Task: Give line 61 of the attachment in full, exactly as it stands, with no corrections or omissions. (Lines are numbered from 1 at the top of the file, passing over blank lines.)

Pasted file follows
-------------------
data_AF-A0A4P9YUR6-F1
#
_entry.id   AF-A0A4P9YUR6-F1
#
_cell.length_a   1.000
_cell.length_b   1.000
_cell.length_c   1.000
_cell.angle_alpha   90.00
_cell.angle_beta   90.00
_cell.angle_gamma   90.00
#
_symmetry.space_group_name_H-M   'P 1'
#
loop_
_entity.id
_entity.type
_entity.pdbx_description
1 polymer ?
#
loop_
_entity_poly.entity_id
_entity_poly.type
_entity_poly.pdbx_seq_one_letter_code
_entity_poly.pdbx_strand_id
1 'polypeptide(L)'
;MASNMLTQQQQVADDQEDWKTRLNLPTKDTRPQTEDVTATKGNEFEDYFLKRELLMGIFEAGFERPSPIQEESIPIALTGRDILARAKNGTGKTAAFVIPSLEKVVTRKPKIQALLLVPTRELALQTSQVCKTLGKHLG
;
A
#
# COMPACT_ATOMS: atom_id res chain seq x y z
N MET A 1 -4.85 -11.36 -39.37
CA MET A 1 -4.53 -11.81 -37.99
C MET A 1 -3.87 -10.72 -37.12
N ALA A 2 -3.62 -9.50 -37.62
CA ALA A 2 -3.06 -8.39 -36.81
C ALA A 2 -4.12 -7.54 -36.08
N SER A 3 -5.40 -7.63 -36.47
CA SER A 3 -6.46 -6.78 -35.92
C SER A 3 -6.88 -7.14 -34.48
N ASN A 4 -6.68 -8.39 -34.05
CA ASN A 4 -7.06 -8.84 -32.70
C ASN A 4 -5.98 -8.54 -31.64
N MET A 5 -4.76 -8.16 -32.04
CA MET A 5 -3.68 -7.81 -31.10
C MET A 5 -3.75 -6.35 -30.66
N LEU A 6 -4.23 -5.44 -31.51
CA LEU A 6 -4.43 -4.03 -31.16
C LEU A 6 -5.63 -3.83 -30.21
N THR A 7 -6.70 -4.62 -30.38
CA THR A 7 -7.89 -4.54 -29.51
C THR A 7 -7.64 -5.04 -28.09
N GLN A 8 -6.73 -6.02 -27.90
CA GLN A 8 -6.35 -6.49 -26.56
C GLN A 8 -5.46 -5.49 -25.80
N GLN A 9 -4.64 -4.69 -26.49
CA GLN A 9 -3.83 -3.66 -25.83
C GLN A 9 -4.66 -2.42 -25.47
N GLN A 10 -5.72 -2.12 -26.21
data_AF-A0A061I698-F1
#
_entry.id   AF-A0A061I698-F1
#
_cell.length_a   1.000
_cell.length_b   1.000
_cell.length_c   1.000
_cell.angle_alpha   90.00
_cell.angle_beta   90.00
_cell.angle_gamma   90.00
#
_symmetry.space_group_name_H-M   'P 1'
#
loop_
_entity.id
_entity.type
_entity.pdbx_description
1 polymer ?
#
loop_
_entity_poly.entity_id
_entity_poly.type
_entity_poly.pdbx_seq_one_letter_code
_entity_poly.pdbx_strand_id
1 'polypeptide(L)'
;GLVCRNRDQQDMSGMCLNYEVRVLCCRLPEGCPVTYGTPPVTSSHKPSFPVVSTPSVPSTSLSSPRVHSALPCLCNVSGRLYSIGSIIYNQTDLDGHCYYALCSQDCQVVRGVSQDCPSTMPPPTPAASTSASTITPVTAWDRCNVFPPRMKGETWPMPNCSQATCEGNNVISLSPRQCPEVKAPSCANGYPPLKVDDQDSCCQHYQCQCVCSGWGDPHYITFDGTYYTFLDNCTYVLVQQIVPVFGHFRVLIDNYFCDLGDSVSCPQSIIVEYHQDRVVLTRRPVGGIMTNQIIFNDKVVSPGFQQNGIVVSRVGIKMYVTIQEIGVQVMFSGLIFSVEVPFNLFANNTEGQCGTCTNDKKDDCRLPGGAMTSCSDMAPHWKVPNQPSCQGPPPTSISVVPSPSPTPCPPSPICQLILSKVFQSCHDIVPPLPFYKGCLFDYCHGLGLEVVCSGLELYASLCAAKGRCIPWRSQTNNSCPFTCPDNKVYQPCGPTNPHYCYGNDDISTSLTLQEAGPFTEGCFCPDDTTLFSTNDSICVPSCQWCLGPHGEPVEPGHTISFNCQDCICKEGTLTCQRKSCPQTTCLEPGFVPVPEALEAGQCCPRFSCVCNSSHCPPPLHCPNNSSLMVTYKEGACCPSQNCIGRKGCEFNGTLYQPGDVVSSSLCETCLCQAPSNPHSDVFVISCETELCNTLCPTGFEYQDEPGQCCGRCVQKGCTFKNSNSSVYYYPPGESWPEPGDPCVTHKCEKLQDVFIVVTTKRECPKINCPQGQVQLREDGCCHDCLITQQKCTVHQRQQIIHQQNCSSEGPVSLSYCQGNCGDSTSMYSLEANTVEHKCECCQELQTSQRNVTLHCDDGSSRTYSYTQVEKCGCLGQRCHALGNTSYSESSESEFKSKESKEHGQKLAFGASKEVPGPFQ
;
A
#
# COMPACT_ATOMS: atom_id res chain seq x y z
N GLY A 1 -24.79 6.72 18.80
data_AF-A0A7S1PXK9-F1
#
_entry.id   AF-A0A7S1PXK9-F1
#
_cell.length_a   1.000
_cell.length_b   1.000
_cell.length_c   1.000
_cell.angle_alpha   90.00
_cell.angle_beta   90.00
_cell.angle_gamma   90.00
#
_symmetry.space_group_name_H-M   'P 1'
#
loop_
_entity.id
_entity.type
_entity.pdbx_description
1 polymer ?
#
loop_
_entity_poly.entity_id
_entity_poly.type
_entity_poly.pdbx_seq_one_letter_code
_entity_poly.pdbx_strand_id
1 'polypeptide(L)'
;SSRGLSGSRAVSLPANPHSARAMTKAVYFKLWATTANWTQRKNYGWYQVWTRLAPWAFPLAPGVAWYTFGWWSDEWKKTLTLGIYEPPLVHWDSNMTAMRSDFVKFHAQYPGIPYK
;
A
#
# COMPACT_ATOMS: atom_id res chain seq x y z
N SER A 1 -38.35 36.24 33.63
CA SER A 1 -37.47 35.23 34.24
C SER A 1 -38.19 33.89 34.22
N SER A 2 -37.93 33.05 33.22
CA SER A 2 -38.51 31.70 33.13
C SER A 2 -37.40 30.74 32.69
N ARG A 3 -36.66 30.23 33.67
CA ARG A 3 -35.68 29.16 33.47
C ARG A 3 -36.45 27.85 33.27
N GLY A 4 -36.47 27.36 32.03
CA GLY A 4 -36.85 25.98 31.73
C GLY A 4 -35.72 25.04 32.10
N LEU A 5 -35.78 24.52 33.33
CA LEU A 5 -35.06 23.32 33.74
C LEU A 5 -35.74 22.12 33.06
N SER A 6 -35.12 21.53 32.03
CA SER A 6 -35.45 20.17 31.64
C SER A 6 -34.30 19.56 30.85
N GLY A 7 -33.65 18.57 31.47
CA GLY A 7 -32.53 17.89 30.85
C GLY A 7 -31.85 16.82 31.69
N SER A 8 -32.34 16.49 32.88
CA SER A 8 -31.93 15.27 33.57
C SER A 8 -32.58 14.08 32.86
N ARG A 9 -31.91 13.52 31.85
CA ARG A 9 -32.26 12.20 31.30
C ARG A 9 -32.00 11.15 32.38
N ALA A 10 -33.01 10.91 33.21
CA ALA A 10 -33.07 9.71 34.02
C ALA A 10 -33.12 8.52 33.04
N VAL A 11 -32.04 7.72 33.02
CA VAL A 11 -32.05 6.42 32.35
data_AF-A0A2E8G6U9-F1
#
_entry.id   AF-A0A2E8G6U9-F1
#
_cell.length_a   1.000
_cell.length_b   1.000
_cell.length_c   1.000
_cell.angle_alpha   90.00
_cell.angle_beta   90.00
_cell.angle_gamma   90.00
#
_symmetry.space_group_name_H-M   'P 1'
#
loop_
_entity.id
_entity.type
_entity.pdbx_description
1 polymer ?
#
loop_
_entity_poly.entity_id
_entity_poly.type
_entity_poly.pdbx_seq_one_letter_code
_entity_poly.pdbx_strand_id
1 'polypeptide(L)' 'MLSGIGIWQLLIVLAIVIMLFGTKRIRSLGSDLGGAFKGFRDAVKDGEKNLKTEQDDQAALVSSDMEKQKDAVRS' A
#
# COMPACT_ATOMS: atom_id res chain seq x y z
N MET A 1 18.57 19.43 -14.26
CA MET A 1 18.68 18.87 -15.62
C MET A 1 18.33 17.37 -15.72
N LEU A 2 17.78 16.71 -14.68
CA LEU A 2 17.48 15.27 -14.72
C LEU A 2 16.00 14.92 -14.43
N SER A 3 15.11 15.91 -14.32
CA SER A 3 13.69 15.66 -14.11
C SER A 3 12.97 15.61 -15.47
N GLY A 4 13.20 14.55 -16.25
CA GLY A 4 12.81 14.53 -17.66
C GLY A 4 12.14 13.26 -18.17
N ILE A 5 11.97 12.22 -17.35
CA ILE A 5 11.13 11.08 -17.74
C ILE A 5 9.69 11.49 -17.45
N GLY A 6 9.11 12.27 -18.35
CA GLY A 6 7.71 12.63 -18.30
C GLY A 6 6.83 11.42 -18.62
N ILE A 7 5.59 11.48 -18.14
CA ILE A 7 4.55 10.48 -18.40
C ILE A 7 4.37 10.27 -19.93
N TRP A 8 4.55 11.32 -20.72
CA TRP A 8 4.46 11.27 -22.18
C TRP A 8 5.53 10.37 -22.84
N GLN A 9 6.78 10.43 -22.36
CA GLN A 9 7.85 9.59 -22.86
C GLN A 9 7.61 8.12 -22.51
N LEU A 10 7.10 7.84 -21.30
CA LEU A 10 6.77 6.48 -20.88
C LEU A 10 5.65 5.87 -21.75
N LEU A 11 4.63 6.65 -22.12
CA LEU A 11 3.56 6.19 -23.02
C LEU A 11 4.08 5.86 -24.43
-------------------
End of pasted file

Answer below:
_entry.id   AF-A0A061I698-F1